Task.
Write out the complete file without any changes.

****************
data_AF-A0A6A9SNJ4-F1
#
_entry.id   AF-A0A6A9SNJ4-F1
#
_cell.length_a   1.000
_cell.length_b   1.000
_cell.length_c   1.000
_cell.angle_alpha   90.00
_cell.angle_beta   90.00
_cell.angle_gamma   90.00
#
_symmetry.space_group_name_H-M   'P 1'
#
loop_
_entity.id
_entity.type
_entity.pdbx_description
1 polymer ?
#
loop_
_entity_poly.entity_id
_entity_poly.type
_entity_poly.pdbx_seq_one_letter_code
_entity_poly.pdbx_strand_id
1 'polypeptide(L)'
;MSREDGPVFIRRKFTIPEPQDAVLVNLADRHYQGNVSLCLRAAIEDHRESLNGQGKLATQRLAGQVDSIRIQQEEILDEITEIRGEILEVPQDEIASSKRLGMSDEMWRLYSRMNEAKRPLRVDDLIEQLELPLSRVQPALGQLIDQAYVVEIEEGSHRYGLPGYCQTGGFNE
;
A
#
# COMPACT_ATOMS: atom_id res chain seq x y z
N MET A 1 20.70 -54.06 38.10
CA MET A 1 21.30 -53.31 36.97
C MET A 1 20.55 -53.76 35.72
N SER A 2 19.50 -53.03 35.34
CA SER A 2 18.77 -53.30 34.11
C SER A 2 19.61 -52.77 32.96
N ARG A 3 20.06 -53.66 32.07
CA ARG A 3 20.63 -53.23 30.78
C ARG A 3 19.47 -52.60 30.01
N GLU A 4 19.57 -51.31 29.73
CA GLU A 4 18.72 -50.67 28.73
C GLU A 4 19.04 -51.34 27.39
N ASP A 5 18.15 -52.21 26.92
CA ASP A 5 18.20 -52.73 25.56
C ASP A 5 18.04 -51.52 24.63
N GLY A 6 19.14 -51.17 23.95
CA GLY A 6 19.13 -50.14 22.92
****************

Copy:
data_AF-A0A6A9SNJ4-F1
#
_entry.id   AF-A0A6A9SNJ4-F1
#
_cell.length_a   1.000
_cell.length_b   1.000
_cell.length_c   1.000
_cell.angle_alpha   90.00
_cell.angle_beta   90.00
_cell.angle_gamma   90.00
#
_symmetry.space_group_name_H-M   'P 1'
#
loop_
_entity.id
_entity.type
_entity.pdbx_description
1 polymer ?
#
loop_
_entity_poly.entity_id
_entity_poly.type
_entity_poly.pdbx_seq_one_letter_code
_entity_poly.pdbx_strand_id
1 'polypeptide(L)'
;MSREDGPVFIRRKFTIPEPQDAVLVNLADRHYQGNVSLCLRAAIEDHRESLNGQGKLATQRLAGQVDSIRIQQEEILDEITEIRGEILEVPQDEIASSKRLGMSDEMWRLYSRMNEAKRPLRVDDLIEQLELPLSRVQPALGQLIDQAYVVEIEEGSHRYGLPGYCQTGGFNE
;
A
#
# COMPACT_ATOMS: atom_id res chain seq x y z
N MET A 1 20.70 -54.06 38.10
CA MET A 1 21.30 -53.31 36.97
C MET A 1 20.55 -53.76 35.72
N SER A 2 19.50 -53.03 35.34
CA SER A 2 18.77 -53.30 34.11
C SER A 2 19.61 -52.77 32.96
N ARG A 3 20.06 -53.66 32.07
CA ARG A 3 20.63 -53.23 30.78
C ARG A 3 19.47 -52.60 30.01
N GLU A 4 19.57 -51.31 29.73
CA GLU A 4 18.72 -50.67 28.73
C GLU A 4 19.04 -51.34 27.39
N ASP A 5 18.15 -52.21 26.92
CA ASP A 5 18.20 -52.73 25.56
C ASP A 5 18.04 -51.52 24.63
N GLY A 6 19.14 -51.17 23.95
CA GLY A 6 19.13 -50.14 22.92